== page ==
Submit a News Tip! Reading mode: Light Dark. Login Register. Best cameras and lenses. Now reading: Nikon Z fc Review comments. Previous 1 Nikon Z fc. Nikon Z fc. Poor Excellent. It offers plenty of hands-on controls, a vlogger-friendly fully articulating touchscreen, excellent still and video quality, and plenty of customizability. It could use refinement in a few areas, but for those looking for an eye-catching camera that can capture the moment for social media and more, the Z fc is a solid choice.

Those looking for a light, inexpensive and stylish ILC with direct controls and vlogging-friendly features. Those who prefer a more substantial-feeling body, best-in-class autofocus or a wider selection of native lenses. Tags: review , nikon , nikon-zfc-launch. Next page. Support DPReview. Shop with. View Comments Comments All Rudi Z Again the crippling hammer has hit hard John Doe 21 Really liked the retro style.

Real nice : Nikon get with the program :. Ad12 Why isnt there even a tiny joystick? IamToddNorris Beautiful camera. If you think, a camera body makes the photos then you are silly, to be polite. AndyGordon I would think that "awesome camera" is very much in the eye of the beholder. Urbex Mark Can you post some of your awesome shots from your shoe box camera? Urbex Mark Its actually somewhat mild compared to some of his other posts in this thread.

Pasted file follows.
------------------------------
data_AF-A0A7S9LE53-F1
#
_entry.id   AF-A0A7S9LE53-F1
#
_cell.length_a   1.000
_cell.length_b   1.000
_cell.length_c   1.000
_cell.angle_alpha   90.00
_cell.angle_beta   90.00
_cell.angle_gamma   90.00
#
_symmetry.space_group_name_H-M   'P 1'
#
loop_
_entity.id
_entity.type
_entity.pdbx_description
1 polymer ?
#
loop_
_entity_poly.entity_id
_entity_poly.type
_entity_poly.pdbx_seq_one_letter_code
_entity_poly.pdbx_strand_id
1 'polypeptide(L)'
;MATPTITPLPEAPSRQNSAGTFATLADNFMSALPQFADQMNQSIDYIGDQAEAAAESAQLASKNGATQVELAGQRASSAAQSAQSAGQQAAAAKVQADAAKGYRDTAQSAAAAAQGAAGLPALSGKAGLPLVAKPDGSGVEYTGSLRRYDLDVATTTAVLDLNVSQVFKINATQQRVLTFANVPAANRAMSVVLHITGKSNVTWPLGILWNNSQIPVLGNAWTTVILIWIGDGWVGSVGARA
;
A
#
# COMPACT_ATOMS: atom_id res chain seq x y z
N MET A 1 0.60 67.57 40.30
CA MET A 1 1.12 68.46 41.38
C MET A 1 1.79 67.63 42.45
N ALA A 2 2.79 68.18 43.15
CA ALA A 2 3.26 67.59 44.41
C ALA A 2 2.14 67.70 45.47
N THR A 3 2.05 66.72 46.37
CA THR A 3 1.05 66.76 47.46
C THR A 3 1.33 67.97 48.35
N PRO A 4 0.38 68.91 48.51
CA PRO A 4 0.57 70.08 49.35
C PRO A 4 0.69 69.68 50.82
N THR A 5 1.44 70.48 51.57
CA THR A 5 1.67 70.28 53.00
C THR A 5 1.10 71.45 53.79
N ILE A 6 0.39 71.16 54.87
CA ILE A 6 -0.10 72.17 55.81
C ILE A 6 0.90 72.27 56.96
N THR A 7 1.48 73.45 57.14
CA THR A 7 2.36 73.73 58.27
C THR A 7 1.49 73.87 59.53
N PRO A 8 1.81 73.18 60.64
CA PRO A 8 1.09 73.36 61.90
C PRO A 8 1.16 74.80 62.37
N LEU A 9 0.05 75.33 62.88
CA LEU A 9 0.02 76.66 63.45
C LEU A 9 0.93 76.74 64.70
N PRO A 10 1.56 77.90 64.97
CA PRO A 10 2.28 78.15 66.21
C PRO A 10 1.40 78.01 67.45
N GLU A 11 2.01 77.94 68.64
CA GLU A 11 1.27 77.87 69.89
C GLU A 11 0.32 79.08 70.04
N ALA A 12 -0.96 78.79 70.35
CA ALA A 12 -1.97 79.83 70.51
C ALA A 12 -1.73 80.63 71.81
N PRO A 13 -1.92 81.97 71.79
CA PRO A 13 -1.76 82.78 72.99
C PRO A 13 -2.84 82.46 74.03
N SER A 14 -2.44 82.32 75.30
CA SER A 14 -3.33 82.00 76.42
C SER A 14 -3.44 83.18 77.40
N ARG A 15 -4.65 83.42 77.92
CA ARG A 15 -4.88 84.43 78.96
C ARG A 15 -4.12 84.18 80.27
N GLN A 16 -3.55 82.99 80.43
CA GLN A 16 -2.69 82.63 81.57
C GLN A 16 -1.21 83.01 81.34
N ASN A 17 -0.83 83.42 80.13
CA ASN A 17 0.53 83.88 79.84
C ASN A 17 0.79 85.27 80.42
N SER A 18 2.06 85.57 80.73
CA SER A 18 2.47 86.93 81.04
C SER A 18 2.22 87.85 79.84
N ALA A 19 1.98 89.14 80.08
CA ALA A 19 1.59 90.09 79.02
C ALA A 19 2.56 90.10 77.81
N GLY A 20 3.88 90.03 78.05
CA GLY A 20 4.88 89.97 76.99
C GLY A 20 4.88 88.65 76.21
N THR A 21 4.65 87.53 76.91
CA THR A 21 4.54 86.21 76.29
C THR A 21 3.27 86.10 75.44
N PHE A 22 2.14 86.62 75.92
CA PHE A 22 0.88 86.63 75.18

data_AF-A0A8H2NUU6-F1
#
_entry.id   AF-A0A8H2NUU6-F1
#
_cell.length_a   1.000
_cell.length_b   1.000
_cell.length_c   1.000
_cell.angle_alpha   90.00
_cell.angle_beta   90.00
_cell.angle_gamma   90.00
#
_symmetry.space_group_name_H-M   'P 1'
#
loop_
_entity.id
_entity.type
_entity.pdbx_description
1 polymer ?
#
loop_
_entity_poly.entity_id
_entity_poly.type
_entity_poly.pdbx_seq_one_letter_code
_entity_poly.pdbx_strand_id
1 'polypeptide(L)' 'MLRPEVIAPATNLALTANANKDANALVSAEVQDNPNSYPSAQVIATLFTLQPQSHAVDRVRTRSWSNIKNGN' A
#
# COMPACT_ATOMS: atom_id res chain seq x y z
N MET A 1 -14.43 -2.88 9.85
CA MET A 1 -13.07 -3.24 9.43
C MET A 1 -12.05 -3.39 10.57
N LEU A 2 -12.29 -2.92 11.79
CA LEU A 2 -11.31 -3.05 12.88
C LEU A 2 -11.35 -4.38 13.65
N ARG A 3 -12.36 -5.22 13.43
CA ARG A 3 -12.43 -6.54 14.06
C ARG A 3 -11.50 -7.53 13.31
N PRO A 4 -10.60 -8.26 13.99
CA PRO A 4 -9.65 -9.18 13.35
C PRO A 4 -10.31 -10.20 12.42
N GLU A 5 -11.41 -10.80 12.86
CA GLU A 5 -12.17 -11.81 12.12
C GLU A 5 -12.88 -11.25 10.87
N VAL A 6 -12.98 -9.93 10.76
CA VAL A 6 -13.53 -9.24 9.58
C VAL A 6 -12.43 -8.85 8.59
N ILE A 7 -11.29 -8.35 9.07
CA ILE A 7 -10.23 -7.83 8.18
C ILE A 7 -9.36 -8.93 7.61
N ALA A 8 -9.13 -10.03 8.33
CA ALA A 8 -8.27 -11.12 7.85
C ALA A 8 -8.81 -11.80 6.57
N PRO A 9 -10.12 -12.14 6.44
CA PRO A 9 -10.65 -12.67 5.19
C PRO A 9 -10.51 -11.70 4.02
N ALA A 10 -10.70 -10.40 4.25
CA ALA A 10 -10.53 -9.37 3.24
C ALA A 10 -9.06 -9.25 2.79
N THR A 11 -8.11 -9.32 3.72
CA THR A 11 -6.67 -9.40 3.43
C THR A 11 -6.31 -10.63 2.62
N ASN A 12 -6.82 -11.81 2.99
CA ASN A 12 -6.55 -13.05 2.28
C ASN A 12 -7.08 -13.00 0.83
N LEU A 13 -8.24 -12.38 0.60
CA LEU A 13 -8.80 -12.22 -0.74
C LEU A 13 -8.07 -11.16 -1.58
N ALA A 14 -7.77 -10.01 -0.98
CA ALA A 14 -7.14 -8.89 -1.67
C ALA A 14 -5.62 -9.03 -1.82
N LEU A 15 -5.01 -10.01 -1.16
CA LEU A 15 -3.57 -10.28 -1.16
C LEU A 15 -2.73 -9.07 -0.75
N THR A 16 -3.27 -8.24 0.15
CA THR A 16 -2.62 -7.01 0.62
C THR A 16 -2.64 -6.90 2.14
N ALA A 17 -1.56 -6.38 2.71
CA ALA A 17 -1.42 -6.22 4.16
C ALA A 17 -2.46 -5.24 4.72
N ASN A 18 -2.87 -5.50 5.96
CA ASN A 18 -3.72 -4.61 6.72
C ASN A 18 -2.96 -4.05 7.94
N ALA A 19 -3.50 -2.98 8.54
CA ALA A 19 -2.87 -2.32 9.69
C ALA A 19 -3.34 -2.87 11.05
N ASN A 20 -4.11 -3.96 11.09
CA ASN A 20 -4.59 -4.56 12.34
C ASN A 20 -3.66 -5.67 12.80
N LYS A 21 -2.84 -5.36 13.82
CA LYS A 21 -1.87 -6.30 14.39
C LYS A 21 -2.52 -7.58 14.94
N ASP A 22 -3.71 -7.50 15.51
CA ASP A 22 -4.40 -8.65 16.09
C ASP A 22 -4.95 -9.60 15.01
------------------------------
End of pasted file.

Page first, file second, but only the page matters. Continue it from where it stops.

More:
Ben Stonewall Awesome comment bear-cub. Goodmeme Would love to know what you're talking about. Charrick1 Awesome camera and nice review. Charrick1 I see. Thanks for the reply! DarkShift Where to start here And there is also the Z which many have found affordable and versatile lens. DarkShift Jesus DarkShift Well, so do Nikon if you have seen the news Thoughts R Us Then there's also the fact that the Nikon Z mount, being the largest of them all, will fit all other lenses with appropriate adaptors.

For now the Z mount is kind of the universal mount. I'm passing on this one for two reasons: 1. Why design it like it has an optical viewfinder when it doesn't? I would have preferred a full frame sensor. Suggestions for Nikon not that they really care or even bother to read this : Please make a digital rangefinder system like the Leica M digital series. Maculata "1. Stujomo So people that shoot with their left eye can keep their right eye open and see what going on out side the frame.

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Nikon Zfc First Look - Mirrorless Camera with Awesome FM Film Camera Styling